Marissa Mayer: I always did something I was a little not ready to do. I think that’s how you grow. When there’s that moment of  ‘Wow, I’m not really sure I can do this,’ and you push through those moments, that’s when you have a breakthrough.

Beyonce: Power’s not given to you; you have to take it.

Tina Fey: There are no mistakes, only opportunities.

Mother Teresa: Not all of us can do great things. But we can do small things with great love.

Have an inspiring weekend!

Have what you want, because Beyonce does.

Well, hellloooo!

I recently read something that spoke to me: I think ‘having it all’ is a phrase I don’t particularly like. You need to have what you want. […] As women, we should be able to decide what we want, how we want it, and [how we] get there. That means it won’t be perfect, there will be mistakes, but that’s fine; that’s human. ‘All’ should be a determination of what we want, not what somebody else or society says.

Close; not Sheryl Sandberg. Christine Quinn. Either way, I’ve had a busy summer. I’ll detail the highlights in a later post, but I have been doing some research *cough* reading Lean In *cough* and it got me thinking about the aforementioned “having it all.”

You can't sit with us. Oh, wait
You can’t sit with us. Oh, wait..

I am fully aware that this is a phrase most commonly associated with professional women (sometimes men) figuring out how to balance family life with work life. Because I’m nowhere near that milestone, but I AM super-selfish and have to make everything about me, that’s not how I’m interpreting it. Instead, I’ve related it to how I’ve been pretty much overwhelmed with work on work on work on commuting on work and classes and hanging out and traveling and writing and reading and catching up on the entire Breaking Bad series and subsisting almost totally on takeout and oh, what’s that you’re saying, Pinterest?

Beyonce

Yes, that is a huge reality-flavored slap in the face to any human, because IT’S RIGHT. As if I even have to further explain, Beyonce does A LOT. But she also has a lot of help. She has Jay to help her with Baby Blue, her girlfriends Solange, Michelle and Kelly to vent to when she needs a break from the family, and let’s not even act for one second like Tina isn’t all over/up in Bey’s biz, scheduling her every second of every day. [I’m exploring a world where Beyonce solely hangs out with her sister, and Destiny’s Child is still together — just go with it.] But seriously, Beyonce has help. Beyonce prioritizes. From the outside, sure, Beyonce “has it all”. Maybe she does. Or maybe she does what she can, with what she has (a lot more than most of us have, but hey, no judgement).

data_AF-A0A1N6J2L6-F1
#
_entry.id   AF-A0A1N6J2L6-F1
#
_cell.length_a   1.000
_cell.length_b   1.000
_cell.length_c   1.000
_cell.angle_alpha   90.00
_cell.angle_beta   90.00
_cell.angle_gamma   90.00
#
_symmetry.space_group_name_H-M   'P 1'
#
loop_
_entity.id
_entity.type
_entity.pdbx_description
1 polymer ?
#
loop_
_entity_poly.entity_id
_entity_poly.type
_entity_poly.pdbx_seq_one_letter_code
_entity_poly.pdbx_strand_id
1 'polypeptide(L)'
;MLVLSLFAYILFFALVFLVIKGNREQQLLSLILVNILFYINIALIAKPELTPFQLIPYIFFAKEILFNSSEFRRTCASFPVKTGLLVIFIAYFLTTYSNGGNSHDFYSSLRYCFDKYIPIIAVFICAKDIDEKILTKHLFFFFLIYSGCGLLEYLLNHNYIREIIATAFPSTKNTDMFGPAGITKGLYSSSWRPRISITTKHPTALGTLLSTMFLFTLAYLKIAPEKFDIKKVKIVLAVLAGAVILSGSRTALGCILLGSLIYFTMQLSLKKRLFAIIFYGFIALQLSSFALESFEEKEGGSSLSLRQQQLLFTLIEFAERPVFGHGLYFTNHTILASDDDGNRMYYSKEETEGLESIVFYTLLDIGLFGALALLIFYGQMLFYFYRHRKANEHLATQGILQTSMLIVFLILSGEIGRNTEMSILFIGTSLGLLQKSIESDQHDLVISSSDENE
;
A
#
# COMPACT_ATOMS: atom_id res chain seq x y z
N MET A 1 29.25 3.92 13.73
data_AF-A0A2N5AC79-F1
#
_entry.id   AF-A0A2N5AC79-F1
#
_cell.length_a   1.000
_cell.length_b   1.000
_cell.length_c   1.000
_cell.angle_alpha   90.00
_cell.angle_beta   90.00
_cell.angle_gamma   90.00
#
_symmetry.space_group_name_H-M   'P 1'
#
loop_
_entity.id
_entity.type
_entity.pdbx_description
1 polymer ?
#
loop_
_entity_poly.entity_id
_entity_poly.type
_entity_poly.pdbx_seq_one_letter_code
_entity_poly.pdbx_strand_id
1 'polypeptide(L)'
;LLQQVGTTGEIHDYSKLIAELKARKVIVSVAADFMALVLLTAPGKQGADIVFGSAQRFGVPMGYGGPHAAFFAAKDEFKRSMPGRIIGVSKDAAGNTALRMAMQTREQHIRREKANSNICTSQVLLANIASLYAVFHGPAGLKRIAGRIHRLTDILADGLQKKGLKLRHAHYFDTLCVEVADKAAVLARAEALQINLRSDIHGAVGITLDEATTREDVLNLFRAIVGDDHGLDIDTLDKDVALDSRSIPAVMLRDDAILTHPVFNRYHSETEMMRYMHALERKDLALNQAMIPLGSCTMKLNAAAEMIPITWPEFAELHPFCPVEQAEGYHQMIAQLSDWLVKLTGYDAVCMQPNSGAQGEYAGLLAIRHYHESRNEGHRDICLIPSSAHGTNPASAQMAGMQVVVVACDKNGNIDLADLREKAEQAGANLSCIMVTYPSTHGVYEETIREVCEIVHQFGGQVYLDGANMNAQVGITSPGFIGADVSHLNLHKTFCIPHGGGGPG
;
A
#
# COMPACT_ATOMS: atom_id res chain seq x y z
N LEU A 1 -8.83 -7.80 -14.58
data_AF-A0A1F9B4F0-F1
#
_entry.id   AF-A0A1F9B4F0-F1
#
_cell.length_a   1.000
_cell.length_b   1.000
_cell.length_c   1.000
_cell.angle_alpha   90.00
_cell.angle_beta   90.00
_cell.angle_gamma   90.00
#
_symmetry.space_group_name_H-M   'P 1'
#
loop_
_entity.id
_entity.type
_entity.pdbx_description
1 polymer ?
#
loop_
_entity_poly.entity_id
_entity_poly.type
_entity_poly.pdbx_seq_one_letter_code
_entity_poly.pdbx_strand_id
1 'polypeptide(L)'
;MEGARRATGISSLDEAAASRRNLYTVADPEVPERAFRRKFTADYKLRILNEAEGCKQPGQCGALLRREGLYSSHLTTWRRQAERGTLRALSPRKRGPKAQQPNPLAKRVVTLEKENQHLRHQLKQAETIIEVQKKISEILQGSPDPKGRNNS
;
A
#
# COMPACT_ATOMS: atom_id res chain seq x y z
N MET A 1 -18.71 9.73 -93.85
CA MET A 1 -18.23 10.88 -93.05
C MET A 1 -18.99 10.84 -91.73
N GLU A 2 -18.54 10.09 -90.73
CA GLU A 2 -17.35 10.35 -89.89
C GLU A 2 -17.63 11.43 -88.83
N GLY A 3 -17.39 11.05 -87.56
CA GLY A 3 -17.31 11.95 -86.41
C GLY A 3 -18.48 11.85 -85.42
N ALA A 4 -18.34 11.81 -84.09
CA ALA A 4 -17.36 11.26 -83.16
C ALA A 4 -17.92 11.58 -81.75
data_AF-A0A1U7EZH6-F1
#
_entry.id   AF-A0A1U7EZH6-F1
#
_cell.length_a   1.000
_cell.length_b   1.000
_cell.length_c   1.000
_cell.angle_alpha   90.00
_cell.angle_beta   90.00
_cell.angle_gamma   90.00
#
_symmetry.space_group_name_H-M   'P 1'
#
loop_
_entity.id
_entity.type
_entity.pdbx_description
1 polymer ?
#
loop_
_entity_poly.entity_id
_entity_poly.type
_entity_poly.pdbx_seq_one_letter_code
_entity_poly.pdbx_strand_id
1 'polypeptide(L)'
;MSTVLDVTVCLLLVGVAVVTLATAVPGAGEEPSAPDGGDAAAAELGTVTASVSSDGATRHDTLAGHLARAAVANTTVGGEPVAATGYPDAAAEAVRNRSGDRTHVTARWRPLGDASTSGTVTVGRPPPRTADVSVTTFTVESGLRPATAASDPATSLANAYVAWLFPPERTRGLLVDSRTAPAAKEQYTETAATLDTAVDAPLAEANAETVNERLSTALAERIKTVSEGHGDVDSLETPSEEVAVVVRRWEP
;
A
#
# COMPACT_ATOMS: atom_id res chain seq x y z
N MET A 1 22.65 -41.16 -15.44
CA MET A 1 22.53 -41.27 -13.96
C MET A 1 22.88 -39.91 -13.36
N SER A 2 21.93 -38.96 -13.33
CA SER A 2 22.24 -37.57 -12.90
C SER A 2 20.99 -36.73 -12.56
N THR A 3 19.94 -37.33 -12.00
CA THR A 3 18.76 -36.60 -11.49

In hindsight, when feeling down about yourself multitasking, jumping in bed with Beyonce comparisons isn’t a road I would recommend going down too far. HOWEVER, if Beyonce can be a world superstar/wife/singer/fierce dancer/mom/superhuman sometimes all in the same day, I can surely balance a job (which I am fortunate enough to have and actually love), some classes (they’re good for me, after all), some volunteering (that’s good for others), a dash of socializing (every now and then) and make a valid attempt to clean up and regularly maintain this blog. I make no promises, but for now, HEY WORDPRESS HEY, I’ve missed you!

Even in the land where I’ve magically mastered all of these things, I wouldn’t be close to “having it all.” But Quinn made  a valid point. All of the aforementioned are the parts of my life I prioritize. Realistic goals I’ve set. Things I want. I can’t “have it all” by anyone else’s standards, but maybe I don’t want to. I’d like to focus on what I can do — which is make the best choices for myself, and someday I WILL have what I WANT.

And because I can’t resist a hilarious, empowering woman (what’s a feminist?), we’ll end on a relatable Nora Ephron quote: It will be a little messy, but embrace the mess. It will be complicated, but rejoice in the complications. It will not be anything like what you think it will be like, but surprises are good for you. And don’t be frightened: you can always change your mind.

An Electoral Note…

Because it’s my blog, and who doesn’t like stirring up a little somethin’ somethin’ on this fine Election Day Tuesday :)

I am thankful for my right to vote. I am thankful to be the only woman in a workplace of men. I am thankful to get respect from co-workers, my boss, and my government. I am thankful that the only person I am responsible to make sandwiches for is myself, and that I have the freedom to make my own decisions for my body. I am thankful that I live in a state that believes my friends and I are free to love and marry whomever we choose. And I am hopeful that when Americans cast their vote today, they realize the importance of all of this and that none of it can be taken for granted.

 

That’s all. Make sure all of you Americans are exercising your right to vote today!